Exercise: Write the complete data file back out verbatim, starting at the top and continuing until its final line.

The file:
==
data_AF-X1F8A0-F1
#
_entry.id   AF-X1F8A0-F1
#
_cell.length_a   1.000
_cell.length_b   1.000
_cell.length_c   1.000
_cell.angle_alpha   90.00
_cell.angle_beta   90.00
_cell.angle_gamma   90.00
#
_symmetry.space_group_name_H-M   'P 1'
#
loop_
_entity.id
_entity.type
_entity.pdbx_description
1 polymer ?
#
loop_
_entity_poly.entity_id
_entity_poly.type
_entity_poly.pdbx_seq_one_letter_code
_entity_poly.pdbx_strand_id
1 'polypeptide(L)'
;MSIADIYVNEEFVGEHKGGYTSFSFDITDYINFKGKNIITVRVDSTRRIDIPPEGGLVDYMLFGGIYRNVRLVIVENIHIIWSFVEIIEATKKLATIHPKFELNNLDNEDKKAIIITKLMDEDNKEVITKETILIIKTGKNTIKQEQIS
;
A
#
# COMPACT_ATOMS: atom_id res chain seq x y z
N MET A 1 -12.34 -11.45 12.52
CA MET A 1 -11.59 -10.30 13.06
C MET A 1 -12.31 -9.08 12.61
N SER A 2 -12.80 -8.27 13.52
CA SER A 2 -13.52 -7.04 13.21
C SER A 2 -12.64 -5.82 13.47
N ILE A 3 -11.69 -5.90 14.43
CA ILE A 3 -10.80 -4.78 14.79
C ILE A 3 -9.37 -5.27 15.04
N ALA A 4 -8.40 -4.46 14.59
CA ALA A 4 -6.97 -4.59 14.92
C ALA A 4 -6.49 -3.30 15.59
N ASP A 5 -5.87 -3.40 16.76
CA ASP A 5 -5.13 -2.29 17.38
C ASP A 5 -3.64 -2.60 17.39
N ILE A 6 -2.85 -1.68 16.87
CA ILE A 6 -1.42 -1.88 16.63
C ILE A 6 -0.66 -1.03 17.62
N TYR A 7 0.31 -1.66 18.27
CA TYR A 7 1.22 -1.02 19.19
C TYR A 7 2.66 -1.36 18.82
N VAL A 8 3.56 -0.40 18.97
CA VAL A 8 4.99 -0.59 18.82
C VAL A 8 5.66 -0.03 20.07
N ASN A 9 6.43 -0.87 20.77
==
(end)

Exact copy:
data_AF-X1F8A0-F1
#
_entry.id   AF-X1F8A0-F1
#
_cell.length_a   1.000
_cell.length_b   1.000
_cell.length_c   1.000
_cell.angle_alpha   90.00
_cell.angle_beta   90.00
_cell.angle_gamma   90.00
#
_symmetry.space_group_name_H-M   'P 1'
#
loop_
_entity.id
_entity.type
_entity.pdbx_description
1 polymer ?
#
loop_
_entity_poly.entity_id
_entity_poly.type
_entity_poly.pdbx_seq_one_letter_code
_entity_poly.pdbx_strand_id
1 'polypeptide(L)'
;MSIADIYVNEEFVGEHKGGYTSFSFDITDYINFKGKNIITVRVDSTRRIDIPPEGGLVDYMLFGGIYRNVRLVIVENIHIIWSFVEIIEATKKLATIHPKFELNNLDNEDKKAIIITKLMDEDNKEVITKETILIIKTGKNTIKQEQIS
;
A
#
# COMPACT_ATOMS: atom_id res chain seq x y z
N MET A 1 -12.34 -11.45 12.52
CA MET A 1 -11.59 -10.30 13.06
C MET A 1 -12.31 -9.08 12.61
N SER A 2 -12.80 -8.27 13.52
CA SER A 2 -13.52 -7.04 13.21
C SER A 2 -12.64 -5.82 13.47
N ILE A 3 -11.69 -5.90 14.43
CA ILE A 3 -10.80 -4.78 14.79
C ILE A 3 -9.37 -5.27 15.04
N ALA A 4 -8.40 -4.46 14.59
CA ALA A 4 -6.97 -4.59 14.92
C ALA A 4 -6.49 -3.30 15.59
N ASP A 5 -5.87 -3.40 16.76
CA ASP A 5 -5.13 -2.29 17.38
C ASP A 5 -3.64 -2.60 17.39
N ILE A 6 -2.85 -1.68 16.87
CA ILE A 6 -1.42 -1.88 16.63
C ILE A 6 -0.66 -1.03 17.62
N TYR A 7 0.31 -1.66 18.27
CA TYR A 7 1.22 -1.02 19.19
C TYR A 7 2.66 -1.36 18.82
N VAL A 8 3.56 -0.40 18.97
CA VAL A 8 4.99 -0.59 18.82
C VAL A 8 5.66 -0.03 20.07
N ASN A 9 6.43 -0.87 20.77